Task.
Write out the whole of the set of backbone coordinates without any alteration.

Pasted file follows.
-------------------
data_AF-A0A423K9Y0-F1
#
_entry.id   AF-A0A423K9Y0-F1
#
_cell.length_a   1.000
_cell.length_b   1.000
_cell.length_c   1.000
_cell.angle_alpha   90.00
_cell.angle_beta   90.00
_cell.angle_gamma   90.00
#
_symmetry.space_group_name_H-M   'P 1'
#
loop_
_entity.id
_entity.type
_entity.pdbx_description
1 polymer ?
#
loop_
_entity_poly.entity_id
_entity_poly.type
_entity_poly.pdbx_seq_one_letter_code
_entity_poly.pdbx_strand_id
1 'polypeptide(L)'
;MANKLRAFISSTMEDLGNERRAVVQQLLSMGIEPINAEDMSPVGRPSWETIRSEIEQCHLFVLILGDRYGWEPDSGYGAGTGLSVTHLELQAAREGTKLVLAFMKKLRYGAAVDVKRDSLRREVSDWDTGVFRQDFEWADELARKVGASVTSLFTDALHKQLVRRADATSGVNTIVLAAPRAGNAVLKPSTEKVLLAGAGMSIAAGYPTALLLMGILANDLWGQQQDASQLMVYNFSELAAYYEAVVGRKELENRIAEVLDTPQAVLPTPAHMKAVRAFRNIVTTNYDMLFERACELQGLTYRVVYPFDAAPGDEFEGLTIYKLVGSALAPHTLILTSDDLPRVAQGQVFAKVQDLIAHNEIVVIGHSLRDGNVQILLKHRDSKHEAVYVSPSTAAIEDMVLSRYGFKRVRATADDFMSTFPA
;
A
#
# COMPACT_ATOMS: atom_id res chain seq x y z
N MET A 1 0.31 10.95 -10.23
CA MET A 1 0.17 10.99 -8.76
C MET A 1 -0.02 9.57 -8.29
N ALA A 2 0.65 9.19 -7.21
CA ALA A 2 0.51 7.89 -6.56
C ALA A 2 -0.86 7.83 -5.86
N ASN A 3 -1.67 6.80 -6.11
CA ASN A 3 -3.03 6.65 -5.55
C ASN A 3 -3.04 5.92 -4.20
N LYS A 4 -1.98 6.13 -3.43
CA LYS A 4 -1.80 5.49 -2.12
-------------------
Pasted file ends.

data_AF-A0A423K9Y0-F1
#
_entry.id   AF-A0A423K9Y0-F1
#
_cell.length_a   1.000
_cell.length_b   1.000
_cell.length_c   1.000
_cell.angle_alpha   90.00
_cell.angle_beta   90.00
_cell.angle_gamma   90.00
#
_symmetry.space_group_name_H-M   'P 1'
#
loop_
_entity.id
_entity.type
_entity.pdbx_description
1 polymer ?
#
loop_
_entity_poly.entity_id
_entity_poly.type
_entity_poly.pdbx_seq_one_letter_code
_entity_poly.pdbx_strand_id
1 'polypeptide(L)'
;MANKLRAFISSTMEDLGNERRAVVQQLLSMGIEPINAEDMSPVGRPSWETIRSEIEQCHLFVLILGDRYGWEPDSGYGAGTGLSVTHLELQAAREGTKLVLAFMKKLRYGAAVDVKRDSLRREVSDWDTGVFRQDFEWADELARKVGASVTSLFTDALHKQLVRRADATSGVNTIVLAAPRAGNAVLKPSTEKVLLAGAGMSIAAGYPTALLLMGILANDLWGQQQDASQLMVYNFSELAAYYEAVVGRKELENRIAEVLDTPQAVLPTPAHMKAVRAFRNIVTTNYDMLFERACELQGLTYRVVYPFDAAPGDEFEGLTIYKLVGSALAPHTLILTSDDLPRVAQGQVFAKVQDLIAHNEIVVIGHSLRDGNVQILLKHRDSKHEAVYVSPSTAAIEDMVLSRYGFKRVRATADDFMSTFPA
;
A
#
# COMPACT_ATOMS: atom_id res chain seq x y z
N MET A 1 0.31 10.95 -10.23
CA MET A 1 0.17 10.99 -8.76
C MET A 1 -0.02 9.57 -8.29
N ALA A 2 0.65 9.19 -7.21
CA ALA A 2 0.51 7.89 -6.56
C ALA A 2 -0.86 7.83 -5.86
N ASN A 3 -1.67 6.80 -6.11
CA ASN A 3 -3.03 6.65 -5.55
C ASN A 3 -3.04 5.92 -4.20
N LYS A 4 -1.98 6.13 -3.43
CA LYS A 4 -1.80 5.49 -2.12